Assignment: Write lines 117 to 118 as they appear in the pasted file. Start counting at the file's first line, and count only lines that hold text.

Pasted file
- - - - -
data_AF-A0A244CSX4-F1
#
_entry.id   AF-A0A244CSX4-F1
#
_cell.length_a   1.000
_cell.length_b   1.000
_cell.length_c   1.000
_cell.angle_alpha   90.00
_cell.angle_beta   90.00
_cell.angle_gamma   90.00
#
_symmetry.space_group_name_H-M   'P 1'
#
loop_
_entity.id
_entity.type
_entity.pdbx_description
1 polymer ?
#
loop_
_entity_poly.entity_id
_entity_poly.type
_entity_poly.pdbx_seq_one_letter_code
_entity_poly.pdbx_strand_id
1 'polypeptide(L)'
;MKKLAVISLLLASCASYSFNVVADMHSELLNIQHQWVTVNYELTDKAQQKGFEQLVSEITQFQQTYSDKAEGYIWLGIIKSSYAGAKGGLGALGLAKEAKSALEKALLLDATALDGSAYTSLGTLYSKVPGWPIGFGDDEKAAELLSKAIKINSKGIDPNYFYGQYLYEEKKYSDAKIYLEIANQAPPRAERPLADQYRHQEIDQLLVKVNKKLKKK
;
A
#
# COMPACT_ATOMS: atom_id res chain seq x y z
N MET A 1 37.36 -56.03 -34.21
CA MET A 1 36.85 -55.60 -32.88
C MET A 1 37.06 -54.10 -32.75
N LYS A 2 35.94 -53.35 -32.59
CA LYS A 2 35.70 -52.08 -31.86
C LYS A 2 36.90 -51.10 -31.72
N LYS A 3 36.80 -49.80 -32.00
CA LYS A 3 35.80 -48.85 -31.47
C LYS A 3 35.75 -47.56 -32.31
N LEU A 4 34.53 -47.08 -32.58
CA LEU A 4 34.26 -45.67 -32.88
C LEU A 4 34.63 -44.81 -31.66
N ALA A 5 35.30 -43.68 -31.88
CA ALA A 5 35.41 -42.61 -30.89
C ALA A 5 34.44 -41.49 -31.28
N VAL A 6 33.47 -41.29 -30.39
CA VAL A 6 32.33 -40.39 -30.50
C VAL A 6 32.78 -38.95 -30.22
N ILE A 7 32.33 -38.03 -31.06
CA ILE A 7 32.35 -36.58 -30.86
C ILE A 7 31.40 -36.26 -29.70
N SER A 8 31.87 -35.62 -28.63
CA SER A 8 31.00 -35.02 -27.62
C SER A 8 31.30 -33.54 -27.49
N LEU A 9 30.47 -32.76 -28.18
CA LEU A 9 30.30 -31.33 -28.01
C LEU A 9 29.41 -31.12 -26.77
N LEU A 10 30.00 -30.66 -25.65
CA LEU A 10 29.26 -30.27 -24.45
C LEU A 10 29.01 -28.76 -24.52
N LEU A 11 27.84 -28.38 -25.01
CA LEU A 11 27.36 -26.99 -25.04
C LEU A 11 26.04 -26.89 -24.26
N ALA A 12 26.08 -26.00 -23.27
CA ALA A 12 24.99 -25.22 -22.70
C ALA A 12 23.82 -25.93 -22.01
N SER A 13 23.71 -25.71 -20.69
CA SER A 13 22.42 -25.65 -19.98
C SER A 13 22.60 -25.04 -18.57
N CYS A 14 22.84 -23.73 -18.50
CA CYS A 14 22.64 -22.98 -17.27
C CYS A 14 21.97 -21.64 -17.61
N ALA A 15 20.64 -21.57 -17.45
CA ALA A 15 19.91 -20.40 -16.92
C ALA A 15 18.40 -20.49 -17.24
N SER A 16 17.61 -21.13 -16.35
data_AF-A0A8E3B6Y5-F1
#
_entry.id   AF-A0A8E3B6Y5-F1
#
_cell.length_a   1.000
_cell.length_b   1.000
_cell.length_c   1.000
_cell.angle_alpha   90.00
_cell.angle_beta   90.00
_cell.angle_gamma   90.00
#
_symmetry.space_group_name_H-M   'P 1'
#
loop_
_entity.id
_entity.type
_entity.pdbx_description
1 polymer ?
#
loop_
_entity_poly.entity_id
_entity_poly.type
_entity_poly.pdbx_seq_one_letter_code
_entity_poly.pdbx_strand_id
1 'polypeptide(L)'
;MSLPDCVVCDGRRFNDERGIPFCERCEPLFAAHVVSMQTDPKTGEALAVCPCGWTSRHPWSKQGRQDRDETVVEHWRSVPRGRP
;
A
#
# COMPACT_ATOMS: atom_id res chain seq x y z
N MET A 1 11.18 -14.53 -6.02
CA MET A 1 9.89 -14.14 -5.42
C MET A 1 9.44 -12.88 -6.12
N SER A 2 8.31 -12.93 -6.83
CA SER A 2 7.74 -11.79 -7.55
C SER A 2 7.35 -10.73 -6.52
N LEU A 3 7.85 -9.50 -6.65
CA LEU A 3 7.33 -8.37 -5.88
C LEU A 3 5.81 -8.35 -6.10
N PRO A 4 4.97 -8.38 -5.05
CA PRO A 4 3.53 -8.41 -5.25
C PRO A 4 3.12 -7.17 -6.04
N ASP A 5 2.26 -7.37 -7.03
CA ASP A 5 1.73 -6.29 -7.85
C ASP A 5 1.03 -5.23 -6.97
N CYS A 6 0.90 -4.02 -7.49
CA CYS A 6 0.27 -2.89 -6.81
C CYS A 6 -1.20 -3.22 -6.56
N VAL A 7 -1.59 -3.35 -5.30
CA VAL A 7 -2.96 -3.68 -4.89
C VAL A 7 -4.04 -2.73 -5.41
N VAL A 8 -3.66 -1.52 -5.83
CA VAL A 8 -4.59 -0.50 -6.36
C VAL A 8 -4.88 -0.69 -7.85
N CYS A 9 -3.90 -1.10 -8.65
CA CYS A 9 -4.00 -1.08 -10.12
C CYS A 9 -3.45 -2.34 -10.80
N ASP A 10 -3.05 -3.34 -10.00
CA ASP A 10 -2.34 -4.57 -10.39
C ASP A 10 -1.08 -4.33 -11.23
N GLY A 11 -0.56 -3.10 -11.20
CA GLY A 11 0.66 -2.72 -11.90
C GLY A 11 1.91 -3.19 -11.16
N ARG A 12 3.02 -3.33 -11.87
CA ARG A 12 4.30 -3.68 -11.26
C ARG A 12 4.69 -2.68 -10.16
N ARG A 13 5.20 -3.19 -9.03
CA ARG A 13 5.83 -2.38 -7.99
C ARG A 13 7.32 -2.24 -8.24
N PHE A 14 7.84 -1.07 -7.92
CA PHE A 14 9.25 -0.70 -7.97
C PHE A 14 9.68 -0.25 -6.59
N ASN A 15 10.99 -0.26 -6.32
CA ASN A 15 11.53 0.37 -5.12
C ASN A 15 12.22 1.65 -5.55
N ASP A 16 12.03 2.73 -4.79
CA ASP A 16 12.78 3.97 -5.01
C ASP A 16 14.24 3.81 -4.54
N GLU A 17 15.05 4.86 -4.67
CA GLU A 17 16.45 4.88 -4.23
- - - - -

CA PRO A 4 3.53 -8.41 -5.25
C PRO A 4 3.12 -7.17 -6.04